Librarians and teachers are always sharing their favorite books, so much so it is hardly necessary to ask one for a recommendation, you will get a title sometime in a conversation. I thought it might be fun for librarians, teachers or students to create their own book award criteria and seal! Canva or google drawings make it very easy to customize and create one to match your personality. You can be dignified like the Newbery, or get a little crazy with color and graphics after you research how other books are chosen for awards and make your own criteria.
Perhaps each class can do a collaborative book seal for books they enjoy. The library could feature their picks to help others find a great read. It’s nice for students to place their seal of approval on things, why not a book they love?
And…we can even make bookmarks with our seals and name some new books that deserve it! Maybe I should start with the old books that do… the possibilities are endless. I hope you see this seal all over bookstores this year, if not maybe on a bookmark or two? Happy reading, book reviewers.
I presented today at a thought-provoking google summit, TxGoo18, in Kyle, Texas. It has been fun and educational. And the cake for lunch was AMAZING. To see my presentation click the slide image below.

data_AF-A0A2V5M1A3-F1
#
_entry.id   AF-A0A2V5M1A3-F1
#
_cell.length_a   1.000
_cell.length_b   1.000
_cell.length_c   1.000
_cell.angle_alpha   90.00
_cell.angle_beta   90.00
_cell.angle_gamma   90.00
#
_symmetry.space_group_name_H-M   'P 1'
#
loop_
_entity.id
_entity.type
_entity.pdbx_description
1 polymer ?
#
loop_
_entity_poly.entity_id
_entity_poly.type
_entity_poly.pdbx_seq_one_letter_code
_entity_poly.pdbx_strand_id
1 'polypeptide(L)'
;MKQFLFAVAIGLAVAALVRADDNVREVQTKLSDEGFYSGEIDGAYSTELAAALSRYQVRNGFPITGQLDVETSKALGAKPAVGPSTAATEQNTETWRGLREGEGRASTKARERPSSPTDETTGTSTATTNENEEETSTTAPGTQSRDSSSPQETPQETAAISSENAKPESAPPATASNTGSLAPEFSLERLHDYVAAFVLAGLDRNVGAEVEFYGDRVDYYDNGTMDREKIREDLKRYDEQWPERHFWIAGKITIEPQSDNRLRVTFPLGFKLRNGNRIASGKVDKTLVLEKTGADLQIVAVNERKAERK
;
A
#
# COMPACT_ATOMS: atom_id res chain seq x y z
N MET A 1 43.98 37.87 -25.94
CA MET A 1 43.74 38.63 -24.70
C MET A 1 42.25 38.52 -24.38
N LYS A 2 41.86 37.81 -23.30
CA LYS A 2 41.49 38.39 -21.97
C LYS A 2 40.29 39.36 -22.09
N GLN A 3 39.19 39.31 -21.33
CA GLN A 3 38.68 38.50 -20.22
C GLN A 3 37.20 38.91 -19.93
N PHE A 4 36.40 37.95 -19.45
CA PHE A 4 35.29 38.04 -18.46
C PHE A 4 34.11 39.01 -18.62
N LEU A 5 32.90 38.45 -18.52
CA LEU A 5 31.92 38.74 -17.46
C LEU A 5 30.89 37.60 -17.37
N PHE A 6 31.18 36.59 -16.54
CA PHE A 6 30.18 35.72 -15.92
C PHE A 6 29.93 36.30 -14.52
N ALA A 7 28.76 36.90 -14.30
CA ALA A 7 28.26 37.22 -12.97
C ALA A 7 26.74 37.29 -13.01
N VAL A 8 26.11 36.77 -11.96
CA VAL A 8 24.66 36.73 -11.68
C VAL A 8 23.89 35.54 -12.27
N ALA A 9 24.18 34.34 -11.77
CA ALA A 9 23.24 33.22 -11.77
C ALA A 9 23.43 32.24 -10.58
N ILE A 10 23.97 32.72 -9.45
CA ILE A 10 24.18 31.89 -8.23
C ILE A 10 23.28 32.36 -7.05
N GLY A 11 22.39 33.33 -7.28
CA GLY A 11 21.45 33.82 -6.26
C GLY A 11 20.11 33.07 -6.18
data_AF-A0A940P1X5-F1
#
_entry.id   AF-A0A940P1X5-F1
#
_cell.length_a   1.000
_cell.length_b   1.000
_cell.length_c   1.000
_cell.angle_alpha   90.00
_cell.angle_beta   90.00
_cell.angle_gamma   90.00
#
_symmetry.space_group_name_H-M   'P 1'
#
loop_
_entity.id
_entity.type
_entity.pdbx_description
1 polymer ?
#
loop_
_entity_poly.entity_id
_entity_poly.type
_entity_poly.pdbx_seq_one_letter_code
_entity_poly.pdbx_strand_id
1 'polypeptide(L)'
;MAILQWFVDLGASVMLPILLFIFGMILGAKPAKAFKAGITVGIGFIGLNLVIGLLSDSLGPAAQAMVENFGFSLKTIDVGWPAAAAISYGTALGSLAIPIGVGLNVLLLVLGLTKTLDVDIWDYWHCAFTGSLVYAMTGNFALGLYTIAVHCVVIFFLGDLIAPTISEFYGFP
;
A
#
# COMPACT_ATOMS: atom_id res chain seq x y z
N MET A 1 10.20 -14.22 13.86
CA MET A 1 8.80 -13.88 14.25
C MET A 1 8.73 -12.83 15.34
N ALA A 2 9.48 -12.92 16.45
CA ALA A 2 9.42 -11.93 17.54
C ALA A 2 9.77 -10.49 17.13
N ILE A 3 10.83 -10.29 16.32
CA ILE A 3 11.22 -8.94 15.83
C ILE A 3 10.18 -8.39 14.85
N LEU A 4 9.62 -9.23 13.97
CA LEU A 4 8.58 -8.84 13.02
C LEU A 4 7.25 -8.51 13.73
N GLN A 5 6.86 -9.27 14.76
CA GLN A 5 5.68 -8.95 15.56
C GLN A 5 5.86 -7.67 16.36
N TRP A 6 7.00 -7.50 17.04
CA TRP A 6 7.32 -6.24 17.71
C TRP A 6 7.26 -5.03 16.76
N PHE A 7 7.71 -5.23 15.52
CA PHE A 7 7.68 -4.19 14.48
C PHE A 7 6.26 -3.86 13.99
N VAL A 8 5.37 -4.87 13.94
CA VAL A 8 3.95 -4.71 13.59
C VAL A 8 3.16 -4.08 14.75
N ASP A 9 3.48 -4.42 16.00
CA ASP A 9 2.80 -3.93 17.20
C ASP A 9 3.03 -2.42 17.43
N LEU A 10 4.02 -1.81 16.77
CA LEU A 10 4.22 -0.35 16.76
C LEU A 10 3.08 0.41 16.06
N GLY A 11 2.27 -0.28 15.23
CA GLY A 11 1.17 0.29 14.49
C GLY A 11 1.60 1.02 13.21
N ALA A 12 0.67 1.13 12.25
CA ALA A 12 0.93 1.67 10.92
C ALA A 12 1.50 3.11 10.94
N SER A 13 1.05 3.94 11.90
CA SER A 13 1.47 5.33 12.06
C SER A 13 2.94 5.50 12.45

I found two apps this summer that I may use in the library. Truthfully I plan to play with them a lot at home but I see possibilities to use them at school, too. I like the party party app because it’s a great way to illustrate a step by step process by pointing and shooting with a phone or iPad. I showed how I made a peach shake for instance, but I thought I could use it to show making a bookmark, searching for a library book, drawing a familiar character…there could be so many things to do with this app. It was around $2.00 but I plan look for a similar app that’s free and will update this post if I find one.
Peaches and the Party Party App
also enjoyed the Color Splash app. This is a free app that allows you to change your photo to grayscale and selectively recolor some of it. This was the first one I did, not perfectly, but it was fun to try. I think it would be a great app to use when discussing the way artists and illustrators use specific colors in books to evoke a theme or mood. What if we took out all of the colors in an image except one? Which one is the most important to the illustration to help us understand the story? I can think of lots of fun ways to play with this app…but I might like watching this guy eat an apple the best so far.